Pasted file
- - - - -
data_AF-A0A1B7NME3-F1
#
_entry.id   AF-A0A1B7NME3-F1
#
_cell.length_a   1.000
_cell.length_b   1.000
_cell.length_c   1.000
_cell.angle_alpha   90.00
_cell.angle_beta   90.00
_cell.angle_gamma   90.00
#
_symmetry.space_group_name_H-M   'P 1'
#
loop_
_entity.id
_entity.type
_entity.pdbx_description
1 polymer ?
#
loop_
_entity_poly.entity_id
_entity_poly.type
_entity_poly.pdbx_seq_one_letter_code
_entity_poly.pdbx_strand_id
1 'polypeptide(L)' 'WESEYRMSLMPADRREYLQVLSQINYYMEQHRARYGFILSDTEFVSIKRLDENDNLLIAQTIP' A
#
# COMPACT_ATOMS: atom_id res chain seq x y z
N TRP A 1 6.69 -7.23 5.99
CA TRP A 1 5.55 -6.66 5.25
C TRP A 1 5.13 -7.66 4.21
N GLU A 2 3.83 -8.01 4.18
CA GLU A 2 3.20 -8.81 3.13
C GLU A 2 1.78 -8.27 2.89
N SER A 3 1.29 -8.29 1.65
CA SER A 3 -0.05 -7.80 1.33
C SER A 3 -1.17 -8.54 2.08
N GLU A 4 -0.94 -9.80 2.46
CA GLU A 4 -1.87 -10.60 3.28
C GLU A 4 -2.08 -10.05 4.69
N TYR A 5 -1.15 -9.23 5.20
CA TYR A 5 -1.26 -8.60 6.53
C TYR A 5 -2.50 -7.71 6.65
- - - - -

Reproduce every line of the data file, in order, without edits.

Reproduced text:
data_AF-A0A1B7NME3-F1
#
_entry.id   AF-A0A1B7NME3-F1
#
_cell.length_a   1.000
_cell.length_b   1.000
_cell.length_c   1.000
_cell.angle_alpha   90.00
_cell.angle_beta   90.00
_cell.angle_gamma   90.00
#
_symmetry.space_group_name_H-M   'P 1'
#
loop_
_entity.id
_entity.type
_entity.pdbx_description
1 polymer ?
#
loop_
_entity_poly.entity_id
_entity_poly.type
_entity_poly.pdbx_seq_one_letter_code
_entity_poly.pdbx_strand_id
1 'polypeptide(L)' 'WESEYRMSLMPADRREYLQVLSQINYYMEQHRARYGFILSDTEFVSIKRLDENDNLLIAQTIP' A
#
# COMPACT_ATOMS: atom_id res chain seq x y z
N TRP A 1 6.69 -7.23 5.99
CA TRP A 1 5.55 -6.66 5.25
C TRP A 1 5.13 -7.66 4.21
N GLU A 2 3.83 -8.01 4.18
CA GLU A 2 3.20 -8.81 3.13
C GLU A 2 1.78 -8.27 2.89
N SER A 3 1.29 -8.29 1.65
CA SER A 3 -0.05 -7.80 1.33
C SER A 3 -1.17 -8.54 2.08
N GLU A 4 -0.94 -9.80 2.46
CA GLU A 4 -1.87 -10.60 3.28
C GLU A 4 -2.08 -10.05 4.69
N TYR A 5 -1.15 -9.23 5.20
CA TYR A 5 -1.26 -8.60 6.53
C TYR A 5 -2.50 -7.71 6.65